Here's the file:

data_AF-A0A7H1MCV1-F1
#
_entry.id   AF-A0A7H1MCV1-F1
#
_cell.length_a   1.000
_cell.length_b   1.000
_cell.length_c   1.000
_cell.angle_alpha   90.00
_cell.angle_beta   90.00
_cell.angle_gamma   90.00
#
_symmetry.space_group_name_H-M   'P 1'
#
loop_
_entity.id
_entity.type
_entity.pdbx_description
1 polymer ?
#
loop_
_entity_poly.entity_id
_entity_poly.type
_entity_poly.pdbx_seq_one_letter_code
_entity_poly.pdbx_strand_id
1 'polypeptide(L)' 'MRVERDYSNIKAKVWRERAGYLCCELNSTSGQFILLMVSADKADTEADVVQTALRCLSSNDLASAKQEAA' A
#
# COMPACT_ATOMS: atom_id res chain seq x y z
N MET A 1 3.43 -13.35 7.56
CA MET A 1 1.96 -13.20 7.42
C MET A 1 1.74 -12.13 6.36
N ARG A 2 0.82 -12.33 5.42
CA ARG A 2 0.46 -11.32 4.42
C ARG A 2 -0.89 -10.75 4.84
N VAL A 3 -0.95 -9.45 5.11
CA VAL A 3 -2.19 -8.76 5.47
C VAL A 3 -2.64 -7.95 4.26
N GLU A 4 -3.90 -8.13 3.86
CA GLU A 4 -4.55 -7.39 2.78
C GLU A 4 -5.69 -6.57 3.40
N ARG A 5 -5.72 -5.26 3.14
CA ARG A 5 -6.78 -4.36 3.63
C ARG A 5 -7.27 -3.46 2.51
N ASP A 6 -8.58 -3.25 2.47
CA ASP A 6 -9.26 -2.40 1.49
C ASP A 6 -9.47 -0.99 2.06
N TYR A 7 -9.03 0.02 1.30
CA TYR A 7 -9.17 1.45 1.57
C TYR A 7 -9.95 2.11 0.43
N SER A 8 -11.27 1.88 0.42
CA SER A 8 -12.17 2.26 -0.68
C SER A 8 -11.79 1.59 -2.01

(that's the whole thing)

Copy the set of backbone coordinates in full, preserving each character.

data_AF-A0A7H1MCV1-F1
#
_entry.id   AF-A0A7H1MCV1-F1
#
_cell.length_a   1.000
_cell.length_b   1.000
_cell.length_c   1.000
_cell.angle_alpha   90.00
_cell.angle_beta   90.00
_cell.angle_gamma   90.00
#
_symmetry.space_group_name_H-M   'P 1'
#
loop_
_entity.id
_entity.type
_entity.pdbx_description
1 polymer ?
#
loop_
_entity_poly.entity_id
_entity_poly.type
_entity_poly.pdbx_seq_one_letter_code
_entity_poly.pdbx_strand_id
1 'polypeptide(L)' 'MRVERDYSNIKAKVWRERAGYLCCELNSTSGQFILLMVSADKADTEADVVQTALRCLSSNDLASAKQEAA' A
#
# COMPACT_ATOMS: atom_id res chain seq x y z
N MET A 1 3.43 -13.35 7.56
CA MET A 1 1.96 -13.20 7.42
C MET A 1 1.74 -12.13 6.36
N ARG A 2 0.82 -12.33 5.42
CA ARG A 2 0.46 -11.32 4.42
C ARG A 2 -0.89 -10.75 4.84
N VAL A 3 -0.95 -9.45 5.11
CA VAL A 3 -2.19 -8.76 5.47
C VAL A 3 -2.64 -7.95 4.26
N GLU A 4 -3.90 -8.13 3.86
CA GLU A 4 -4.55 -7.39 2.78
C GLU A 4 -5.69 -6.57 3.40
N ARG A 5 -5.72 -5.26 3.14
CA ARG A 5 -6.78 -4.36 3.63
C ARG A 5 -7.27 -3.46 2.51
N ASP A 6 -8.58 -3.25 2.47
CA ASP A 6 -9.26 -2.40 1.49
C ASP A 6 -9.47 -0.99 2.06
N TYR A 7 -9.03 0.02 1.30
CA TYR A 7 -9.17 1.45 1.57
C TYR A 7 -9.95 2.11 0.43
N SER A 8 -11.27 1.88 0.42
CA SER A 8 -12.17 2.26 -0.68
C SER A 8 -11.79 1.59 -2.01